Strange changes in Niger’s rebel movement leave more questions than answers.
Reshuffling is the name of the game in Niamey these days. As President Tandja makes the transition from elected republic to dictatorship, personal loyalty has begun to trump even connections, let alone ability. In the Air Mountains — or Tripoli — Tuareg rebels too have made a high profile change, and show a willingness to please the new order.
Early this week, from somewhere in the rocky volcanic wastes and Acacia dotted valleys of the high Air Massif came a new and puzzling communique from the founding rebel group of Niger’s Tuareg based rebellion. The 31 August statement by the military chief of the “Mouvement des Nigériens pour la Justice” — their first in some time — announced that their titular president and one of two of their founders Aghali Alambo has finally gotten the boot.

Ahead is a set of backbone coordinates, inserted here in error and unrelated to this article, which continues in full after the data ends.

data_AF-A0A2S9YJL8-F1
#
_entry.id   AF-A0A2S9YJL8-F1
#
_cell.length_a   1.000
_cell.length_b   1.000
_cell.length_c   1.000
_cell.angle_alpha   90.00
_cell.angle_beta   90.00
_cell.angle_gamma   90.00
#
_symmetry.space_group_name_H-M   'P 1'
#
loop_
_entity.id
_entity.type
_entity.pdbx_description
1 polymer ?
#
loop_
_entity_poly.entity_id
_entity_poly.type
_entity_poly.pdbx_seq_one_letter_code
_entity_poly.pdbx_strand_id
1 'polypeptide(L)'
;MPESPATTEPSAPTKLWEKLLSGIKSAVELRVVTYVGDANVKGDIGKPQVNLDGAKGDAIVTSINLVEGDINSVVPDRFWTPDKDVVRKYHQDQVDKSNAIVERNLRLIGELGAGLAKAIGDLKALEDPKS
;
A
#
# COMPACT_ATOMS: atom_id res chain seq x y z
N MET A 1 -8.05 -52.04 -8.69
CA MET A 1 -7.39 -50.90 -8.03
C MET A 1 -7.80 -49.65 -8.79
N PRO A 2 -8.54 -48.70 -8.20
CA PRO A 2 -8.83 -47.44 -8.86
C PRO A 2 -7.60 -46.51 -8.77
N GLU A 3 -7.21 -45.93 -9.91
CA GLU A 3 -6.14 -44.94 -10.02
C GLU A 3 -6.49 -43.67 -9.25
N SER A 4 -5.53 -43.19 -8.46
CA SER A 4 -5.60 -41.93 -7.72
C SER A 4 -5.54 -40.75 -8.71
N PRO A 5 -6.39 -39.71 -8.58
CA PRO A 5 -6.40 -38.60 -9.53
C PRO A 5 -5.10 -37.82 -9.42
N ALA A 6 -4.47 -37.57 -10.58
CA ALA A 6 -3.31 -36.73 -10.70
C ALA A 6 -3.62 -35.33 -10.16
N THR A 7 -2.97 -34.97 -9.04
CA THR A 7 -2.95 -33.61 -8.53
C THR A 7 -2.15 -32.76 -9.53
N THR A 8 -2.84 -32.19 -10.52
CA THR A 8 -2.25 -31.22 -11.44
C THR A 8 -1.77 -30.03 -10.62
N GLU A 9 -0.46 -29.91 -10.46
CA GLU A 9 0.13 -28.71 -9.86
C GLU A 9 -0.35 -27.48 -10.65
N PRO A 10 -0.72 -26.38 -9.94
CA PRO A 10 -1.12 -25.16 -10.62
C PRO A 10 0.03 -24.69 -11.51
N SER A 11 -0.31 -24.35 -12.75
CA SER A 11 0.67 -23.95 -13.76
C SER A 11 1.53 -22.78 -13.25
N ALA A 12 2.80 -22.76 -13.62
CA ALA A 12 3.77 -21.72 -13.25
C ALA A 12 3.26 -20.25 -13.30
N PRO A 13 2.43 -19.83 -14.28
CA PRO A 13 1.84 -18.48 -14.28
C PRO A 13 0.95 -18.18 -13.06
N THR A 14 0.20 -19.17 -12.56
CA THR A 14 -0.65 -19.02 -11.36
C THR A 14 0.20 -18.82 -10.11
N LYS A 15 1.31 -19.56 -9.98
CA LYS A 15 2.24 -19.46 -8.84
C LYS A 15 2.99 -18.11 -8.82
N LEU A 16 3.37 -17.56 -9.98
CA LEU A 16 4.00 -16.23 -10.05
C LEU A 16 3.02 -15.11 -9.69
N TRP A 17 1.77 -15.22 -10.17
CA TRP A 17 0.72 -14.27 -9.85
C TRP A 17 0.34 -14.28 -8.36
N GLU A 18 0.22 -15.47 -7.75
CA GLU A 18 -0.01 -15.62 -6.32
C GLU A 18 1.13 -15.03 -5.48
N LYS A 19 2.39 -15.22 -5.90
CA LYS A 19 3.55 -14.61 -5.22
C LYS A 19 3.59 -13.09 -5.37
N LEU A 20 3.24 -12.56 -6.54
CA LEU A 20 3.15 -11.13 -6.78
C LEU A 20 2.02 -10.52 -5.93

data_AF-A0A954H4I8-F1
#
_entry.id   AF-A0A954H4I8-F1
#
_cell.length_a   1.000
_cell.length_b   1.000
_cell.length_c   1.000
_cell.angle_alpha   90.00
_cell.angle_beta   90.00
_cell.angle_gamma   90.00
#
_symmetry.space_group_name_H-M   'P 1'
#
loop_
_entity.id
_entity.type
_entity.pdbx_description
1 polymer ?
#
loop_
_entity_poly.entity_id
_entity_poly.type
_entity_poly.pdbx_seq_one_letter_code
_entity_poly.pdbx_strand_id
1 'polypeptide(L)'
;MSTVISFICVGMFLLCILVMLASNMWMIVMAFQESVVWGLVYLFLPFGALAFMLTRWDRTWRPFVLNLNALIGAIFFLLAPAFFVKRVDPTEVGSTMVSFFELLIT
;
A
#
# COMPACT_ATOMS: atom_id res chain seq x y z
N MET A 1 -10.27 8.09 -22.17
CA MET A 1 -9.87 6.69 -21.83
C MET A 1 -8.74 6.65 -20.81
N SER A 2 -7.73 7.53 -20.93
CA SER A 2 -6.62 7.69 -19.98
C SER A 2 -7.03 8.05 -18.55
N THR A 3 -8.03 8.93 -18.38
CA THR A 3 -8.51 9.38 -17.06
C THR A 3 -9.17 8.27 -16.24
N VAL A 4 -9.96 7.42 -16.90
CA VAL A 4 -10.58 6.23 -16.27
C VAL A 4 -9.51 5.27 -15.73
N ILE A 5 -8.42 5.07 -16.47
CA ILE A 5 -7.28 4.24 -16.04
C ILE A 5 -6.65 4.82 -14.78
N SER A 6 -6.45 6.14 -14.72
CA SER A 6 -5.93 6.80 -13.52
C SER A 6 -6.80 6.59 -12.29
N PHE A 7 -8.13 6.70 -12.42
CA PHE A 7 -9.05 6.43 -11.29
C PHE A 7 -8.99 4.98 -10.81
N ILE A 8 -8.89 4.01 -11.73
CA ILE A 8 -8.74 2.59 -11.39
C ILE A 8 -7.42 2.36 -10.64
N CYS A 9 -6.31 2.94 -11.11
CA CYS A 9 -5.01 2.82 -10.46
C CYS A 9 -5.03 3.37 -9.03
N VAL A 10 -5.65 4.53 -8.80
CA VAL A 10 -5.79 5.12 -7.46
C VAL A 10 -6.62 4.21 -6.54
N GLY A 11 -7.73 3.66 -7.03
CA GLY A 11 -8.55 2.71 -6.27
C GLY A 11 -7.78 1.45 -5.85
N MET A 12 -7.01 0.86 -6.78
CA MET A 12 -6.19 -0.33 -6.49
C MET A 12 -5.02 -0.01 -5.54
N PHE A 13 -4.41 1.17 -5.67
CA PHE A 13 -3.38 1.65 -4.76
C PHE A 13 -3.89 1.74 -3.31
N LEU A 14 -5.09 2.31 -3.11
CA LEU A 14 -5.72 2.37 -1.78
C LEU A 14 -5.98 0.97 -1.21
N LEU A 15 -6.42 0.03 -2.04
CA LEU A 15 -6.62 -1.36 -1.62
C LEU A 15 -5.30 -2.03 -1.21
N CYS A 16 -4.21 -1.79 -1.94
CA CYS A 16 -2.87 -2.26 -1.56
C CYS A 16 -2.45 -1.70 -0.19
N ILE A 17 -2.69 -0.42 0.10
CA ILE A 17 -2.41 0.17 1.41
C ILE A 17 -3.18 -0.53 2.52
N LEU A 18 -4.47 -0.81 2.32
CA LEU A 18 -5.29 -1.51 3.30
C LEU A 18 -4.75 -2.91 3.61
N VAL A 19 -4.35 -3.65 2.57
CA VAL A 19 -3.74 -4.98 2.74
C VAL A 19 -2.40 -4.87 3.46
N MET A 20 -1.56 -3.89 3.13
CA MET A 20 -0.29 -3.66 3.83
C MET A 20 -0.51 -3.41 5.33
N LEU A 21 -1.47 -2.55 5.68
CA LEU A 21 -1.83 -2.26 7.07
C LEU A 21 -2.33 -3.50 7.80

Despite press reports, the only thing surprising about this is that there is an MNJ left to make such a pronouncement. In early March 2009 Alambo absconded from the rebel encampment with all their POWs, and appeared in Libya. We only know this because most of the named MNJ leadership, who’d been carrying on a sporadic fighting in the mountains and deserts of northern Niger since March 2007, took the opportunity to quit the group en masse and announce their willingness to begin negotiations with the Nigerien government under the name Front Patriotic Nigerien (FPN). The FPN, headed by younger activists and a number of MNJ fighters who had previously fallen off the radar, talked both of the unwillingness of Aghali Alambo to prosecute the war and his unwillingness to offer negotiations. The FPN claimed that the actual fighting force from the MNJ’s remote encampments was the basis of their new group, and the MNJ was now an empty shell.
Thereafter the MNJ largely went silent. Aghali Alambo negotiated the release of all their captives in Libya — transported home triumphantly by Qadhafi — and took part in the four party talks under Tripoli’s aegis using the MNJ name. The self styled “president” of the rebels remained in the spotlight only by his intransigence: quiting talks and then quickly rejoining them, releasing a huge list of political demands as a basis of negotiation and then moving on ignoring them.